Five-year plan adopted by E-Z board
Published 12:00 am Wednesday, November 19, 2003
The blueprint is now in place to lead the Huntington-Ironton Empower-ment Zone through the final five years of its 10-year designation.
The EZ Board of Directors adopted Tuesday an updated strategic plan that outlined what has already been accomplished and the areas of focus through 2007.
In May, the board hired Benatec Associates, of New Cumberland, Penn., to conduct a 13-week study to update the strategic plan.
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Marjorie Ryan of Benatec met with elected officials, business leaders, schools boards, human resource managers, workforce development providers and others to get input on what the EZ has going for it and what can be done to improve the workforce.
The original plan was written in 1998 and everything in that plan has begun to be implemented. It focused on six areas: human resources, infrastructure, developable sites, job creation, creation of housing and workforce development.
Although far more funding was expected, the EZ has received $22 million to date and has been able to leverage this towards an additional $93 million for investment on the Huntington and Ironton communities.
Overall, the EZ has created or retained more than 3,000 jobs and trained more than 380 EZ residents, according to the strategic plan.
Local projects that have received EZ funding include The Point industrial park, renovations at the Marting Hotel, developing 50 affordable housing units on Storms Creek and 38 more in Ironton, the Ironton floodwall and streetscape projects, a workforce development partnership with Collins Career Center, approving job incentive dollars for entities like the Lawrence Economic Development Corporation, funding a position with the Coalition for the Homeless and more.
The four goals of the update were to revise the demographic information using data from the 2000 census, to see how these individual strategic plans of school boards, chambers and business leaders will work with the Empowerment Zone,
see what can be done to improve the program and to identify new strategies and projects to be looked at between now and 2007.
"This will carry us through for four more years. It will focus our efforts so we don't get spread to thin since we have limited resources," said Cathy Burns, EZ executive director. "But, I think the goals are doable."
The updated strategic plan roughly outlines areas of emphasis and ways to continue the original areas of focus.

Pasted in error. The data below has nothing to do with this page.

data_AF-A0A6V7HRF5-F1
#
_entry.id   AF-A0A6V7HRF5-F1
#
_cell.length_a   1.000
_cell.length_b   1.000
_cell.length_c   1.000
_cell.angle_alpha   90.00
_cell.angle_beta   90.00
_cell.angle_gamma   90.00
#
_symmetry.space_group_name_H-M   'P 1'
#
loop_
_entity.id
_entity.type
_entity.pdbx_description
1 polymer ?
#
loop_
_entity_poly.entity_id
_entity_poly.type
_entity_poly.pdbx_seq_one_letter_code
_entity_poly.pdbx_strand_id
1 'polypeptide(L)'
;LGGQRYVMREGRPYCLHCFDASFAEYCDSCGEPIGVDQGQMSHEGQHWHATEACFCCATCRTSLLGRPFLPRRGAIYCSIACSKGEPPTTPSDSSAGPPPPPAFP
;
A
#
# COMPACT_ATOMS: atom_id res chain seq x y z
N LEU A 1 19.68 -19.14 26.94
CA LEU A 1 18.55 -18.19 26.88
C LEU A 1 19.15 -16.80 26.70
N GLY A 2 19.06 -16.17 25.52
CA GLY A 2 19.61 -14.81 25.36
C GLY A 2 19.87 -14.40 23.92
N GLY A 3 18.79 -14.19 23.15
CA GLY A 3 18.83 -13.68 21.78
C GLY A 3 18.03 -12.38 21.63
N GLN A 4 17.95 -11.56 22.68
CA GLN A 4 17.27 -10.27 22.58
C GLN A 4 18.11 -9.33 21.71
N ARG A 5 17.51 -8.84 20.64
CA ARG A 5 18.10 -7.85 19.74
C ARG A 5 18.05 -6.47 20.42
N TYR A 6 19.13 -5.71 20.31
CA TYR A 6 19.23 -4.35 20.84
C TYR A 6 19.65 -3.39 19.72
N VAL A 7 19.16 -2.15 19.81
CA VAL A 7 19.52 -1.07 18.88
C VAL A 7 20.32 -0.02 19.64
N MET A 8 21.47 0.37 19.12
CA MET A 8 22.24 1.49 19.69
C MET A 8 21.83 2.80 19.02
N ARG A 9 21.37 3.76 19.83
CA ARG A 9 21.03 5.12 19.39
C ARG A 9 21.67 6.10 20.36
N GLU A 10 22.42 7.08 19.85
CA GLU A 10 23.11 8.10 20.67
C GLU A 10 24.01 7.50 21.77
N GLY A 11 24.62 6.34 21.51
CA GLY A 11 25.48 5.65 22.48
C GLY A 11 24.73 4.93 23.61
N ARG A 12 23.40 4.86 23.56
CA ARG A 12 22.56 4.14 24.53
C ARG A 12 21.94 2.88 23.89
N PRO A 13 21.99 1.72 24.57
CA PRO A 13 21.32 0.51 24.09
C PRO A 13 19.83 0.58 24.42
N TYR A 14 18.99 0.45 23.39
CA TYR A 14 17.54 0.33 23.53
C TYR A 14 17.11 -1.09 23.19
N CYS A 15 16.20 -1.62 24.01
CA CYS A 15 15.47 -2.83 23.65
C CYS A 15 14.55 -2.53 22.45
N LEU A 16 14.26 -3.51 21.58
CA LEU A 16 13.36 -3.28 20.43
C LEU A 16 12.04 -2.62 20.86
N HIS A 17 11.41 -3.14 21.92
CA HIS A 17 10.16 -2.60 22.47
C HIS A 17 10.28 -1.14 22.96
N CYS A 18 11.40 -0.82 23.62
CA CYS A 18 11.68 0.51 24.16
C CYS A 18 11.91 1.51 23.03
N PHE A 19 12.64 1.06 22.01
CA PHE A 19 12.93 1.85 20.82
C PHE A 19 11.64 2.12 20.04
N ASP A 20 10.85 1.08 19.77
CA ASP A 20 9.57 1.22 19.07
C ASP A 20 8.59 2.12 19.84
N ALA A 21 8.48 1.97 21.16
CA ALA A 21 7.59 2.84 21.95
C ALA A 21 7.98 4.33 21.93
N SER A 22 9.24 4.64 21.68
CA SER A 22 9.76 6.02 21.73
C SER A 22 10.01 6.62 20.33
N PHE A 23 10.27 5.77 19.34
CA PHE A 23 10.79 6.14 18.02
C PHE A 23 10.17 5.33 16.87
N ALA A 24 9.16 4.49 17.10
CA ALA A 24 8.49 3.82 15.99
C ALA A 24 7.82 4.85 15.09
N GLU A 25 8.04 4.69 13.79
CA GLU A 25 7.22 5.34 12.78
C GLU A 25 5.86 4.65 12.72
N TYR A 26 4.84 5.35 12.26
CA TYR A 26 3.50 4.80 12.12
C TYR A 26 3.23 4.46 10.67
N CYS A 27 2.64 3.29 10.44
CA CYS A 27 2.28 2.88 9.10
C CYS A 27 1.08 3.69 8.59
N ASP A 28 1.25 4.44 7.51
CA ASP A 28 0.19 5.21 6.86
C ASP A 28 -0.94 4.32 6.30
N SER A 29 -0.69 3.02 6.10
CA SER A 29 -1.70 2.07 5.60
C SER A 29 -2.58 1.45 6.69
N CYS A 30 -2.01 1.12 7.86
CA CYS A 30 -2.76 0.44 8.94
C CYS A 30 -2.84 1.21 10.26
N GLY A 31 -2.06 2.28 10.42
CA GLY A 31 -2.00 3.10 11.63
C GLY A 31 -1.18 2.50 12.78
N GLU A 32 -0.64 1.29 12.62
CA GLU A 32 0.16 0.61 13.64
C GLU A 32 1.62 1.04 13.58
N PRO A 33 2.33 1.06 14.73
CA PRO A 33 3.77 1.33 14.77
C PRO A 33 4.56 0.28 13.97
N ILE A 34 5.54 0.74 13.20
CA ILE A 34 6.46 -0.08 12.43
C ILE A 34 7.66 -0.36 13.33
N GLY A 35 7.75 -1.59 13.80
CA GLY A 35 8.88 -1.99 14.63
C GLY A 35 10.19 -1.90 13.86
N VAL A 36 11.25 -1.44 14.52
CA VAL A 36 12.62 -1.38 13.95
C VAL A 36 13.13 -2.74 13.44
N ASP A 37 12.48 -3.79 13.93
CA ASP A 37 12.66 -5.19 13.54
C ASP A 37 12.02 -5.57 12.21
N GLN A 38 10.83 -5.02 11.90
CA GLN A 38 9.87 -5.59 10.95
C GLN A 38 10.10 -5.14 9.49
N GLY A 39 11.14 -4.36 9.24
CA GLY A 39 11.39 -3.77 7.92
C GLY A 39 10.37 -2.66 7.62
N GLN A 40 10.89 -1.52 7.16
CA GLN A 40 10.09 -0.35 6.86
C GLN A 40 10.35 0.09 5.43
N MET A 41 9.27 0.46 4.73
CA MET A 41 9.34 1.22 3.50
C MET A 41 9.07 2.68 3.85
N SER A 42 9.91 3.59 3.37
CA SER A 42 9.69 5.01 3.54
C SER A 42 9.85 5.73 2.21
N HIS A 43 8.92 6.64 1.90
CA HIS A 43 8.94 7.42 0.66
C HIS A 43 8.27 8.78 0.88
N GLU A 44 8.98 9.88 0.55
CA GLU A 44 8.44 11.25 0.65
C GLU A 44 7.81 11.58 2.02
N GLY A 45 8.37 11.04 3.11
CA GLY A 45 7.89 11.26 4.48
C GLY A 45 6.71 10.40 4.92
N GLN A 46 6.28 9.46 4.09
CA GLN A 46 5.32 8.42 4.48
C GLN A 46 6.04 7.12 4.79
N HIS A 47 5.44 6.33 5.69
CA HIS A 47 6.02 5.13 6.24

Approximately $3 million was allocated to five of the six original areas for the next four years but the actual dollar amounts will still be adjusted
- $400,000 to developable sites, $1.3 million for job creation, $200,000 for infrastructure improvements, $600,000 for workforce development, $200,000 for human resources and $300,000 for emergency needs.
Two primary areas of focus will be the downtown areas of both cities and developable sites such as The Point and the KineticPark in Huntington.
"The downtowns are what make our cities unique," Burns said. "We want to do what we can to stabilize these areas."
Funding for the future of the Empowerment Zones remains in jeopardy because President George W. Bush has not supported the initiative. Congress did approve the fifth year of allocation in February. The Huntington-Ironton Zone has been allocated $1.97 million for 2003-2004.
The House adopted a bill that included $1 million for for 2004-2005
for each of the round II Empowerment Zones, but a Senate bill did not include funding so the issue is expected to go to a conference committee this week or next, Burns said.
"We are still optimistic that there will be something put into the legislation," Burns said. "We sent a letter to the House and Senate and were successful in getting several members to sign including Senate Majority leader Bill Frist."
Ralph Kline, community development director for the Ironton-Lawrence County Community Action Organization, said that an often overlooked aspect of the program is the way it has lead to a united community spirit that proves that "we are a single region divided only by three states and a river."
"When the money is gone, and it is going fast, that will be a footprint that remains."